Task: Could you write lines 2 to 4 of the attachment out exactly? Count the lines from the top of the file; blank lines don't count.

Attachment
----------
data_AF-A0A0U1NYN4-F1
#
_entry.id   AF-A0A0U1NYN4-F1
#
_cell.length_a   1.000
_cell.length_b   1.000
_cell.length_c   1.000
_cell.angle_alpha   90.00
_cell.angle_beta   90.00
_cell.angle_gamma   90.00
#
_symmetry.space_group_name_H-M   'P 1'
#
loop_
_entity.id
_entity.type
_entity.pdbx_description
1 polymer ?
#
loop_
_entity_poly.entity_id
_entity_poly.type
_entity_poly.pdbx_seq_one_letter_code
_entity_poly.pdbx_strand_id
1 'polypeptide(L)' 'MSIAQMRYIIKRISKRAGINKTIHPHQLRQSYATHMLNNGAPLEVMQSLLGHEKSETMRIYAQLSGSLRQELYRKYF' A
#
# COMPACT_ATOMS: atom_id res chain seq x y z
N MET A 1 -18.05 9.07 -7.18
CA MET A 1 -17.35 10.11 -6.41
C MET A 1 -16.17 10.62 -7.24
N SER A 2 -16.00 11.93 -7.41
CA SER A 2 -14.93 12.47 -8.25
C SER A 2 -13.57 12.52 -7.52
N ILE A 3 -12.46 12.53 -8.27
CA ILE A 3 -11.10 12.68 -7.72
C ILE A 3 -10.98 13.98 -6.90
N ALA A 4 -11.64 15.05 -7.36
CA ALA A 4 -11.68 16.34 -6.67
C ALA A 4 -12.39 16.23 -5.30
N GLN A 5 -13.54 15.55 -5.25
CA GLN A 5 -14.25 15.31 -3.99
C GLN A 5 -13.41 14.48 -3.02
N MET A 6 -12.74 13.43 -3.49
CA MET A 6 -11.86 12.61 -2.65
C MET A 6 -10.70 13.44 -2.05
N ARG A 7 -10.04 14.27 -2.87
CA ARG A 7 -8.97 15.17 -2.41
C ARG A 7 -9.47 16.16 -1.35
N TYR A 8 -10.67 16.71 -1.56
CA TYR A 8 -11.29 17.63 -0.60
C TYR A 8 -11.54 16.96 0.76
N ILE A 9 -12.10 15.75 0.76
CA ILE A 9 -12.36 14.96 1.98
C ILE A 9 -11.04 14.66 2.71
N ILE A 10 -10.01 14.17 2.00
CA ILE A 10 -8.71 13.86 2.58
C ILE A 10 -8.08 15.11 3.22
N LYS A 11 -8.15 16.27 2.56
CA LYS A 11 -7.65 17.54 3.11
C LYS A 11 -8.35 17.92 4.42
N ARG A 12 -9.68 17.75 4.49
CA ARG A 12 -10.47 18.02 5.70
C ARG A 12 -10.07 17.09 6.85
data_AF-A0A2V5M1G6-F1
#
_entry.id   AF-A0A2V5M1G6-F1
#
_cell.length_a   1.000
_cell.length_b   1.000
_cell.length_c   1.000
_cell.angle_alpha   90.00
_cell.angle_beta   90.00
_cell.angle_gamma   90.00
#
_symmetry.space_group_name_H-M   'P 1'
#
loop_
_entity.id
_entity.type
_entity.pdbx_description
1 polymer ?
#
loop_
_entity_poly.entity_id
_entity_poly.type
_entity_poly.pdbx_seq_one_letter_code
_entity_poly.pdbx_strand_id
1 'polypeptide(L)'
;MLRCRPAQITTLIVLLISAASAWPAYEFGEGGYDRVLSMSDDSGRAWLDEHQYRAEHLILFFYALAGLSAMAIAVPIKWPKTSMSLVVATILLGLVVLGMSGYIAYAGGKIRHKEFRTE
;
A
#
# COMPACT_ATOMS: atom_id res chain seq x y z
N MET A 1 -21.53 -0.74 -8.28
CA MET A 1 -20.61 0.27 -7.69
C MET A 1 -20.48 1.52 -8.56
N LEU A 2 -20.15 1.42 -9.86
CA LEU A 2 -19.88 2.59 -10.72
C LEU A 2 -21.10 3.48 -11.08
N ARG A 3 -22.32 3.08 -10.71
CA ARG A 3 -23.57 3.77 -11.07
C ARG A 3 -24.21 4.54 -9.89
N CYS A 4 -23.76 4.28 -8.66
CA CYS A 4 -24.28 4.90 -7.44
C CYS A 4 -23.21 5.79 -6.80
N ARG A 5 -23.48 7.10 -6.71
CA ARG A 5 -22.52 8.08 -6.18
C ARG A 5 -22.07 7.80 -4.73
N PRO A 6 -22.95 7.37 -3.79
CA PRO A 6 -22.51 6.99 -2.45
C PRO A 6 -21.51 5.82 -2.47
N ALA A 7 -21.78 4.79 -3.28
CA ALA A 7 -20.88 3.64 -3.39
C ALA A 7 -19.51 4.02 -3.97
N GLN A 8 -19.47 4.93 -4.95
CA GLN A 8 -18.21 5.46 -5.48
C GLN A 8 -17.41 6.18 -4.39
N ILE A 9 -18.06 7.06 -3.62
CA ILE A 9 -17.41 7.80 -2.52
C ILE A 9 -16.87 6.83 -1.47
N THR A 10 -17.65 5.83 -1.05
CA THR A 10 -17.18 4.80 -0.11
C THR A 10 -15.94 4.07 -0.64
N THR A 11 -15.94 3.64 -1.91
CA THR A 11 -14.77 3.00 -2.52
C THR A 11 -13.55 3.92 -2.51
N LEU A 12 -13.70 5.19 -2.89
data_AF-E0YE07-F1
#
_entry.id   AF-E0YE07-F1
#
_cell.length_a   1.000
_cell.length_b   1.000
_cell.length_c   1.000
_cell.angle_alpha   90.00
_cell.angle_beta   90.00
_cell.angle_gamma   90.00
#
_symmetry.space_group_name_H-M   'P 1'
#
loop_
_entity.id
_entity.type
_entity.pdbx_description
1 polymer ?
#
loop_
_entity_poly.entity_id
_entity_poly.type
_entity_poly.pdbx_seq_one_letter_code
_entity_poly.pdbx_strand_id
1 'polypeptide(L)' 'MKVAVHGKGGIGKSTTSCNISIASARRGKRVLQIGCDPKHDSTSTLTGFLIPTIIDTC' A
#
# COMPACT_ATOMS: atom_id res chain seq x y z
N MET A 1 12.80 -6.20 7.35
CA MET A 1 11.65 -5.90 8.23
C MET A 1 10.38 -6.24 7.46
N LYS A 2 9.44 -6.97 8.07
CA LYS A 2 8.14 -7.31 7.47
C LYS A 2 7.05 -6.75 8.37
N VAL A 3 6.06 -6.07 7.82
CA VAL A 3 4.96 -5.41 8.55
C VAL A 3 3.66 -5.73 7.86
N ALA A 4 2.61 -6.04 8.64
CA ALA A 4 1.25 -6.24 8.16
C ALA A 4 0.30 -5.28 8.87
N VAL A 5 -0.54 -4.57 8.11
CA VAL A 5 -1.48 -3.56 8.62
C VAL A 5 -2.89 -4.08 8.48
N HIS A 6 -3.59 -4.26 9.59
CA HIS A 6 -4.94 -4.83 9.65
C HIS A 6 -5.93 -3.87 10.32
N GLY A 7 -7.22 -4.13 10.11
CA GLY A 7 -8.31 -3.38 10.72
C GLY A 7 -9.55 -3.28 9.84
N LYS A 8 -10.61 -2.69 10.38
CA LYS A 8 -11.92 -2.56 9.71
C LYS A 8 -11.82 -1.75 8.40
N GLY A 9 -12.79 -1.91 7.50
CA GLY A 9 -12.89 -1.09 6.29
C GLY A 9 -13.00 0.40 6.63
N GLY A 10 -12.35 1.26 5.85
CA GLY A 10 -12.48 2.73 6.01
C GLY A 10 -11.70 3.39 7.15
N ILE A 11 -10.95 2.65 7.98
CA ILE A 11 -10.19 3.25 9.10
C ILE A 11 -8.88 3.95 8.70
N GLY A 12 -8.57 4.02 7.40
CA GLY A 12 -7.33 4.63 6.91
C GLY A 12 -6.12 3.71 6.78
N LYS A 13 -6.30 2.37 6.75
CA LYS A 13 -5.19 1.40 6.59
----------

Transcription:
#
_entry.id   AF-A0A0U1NYN4-F1
#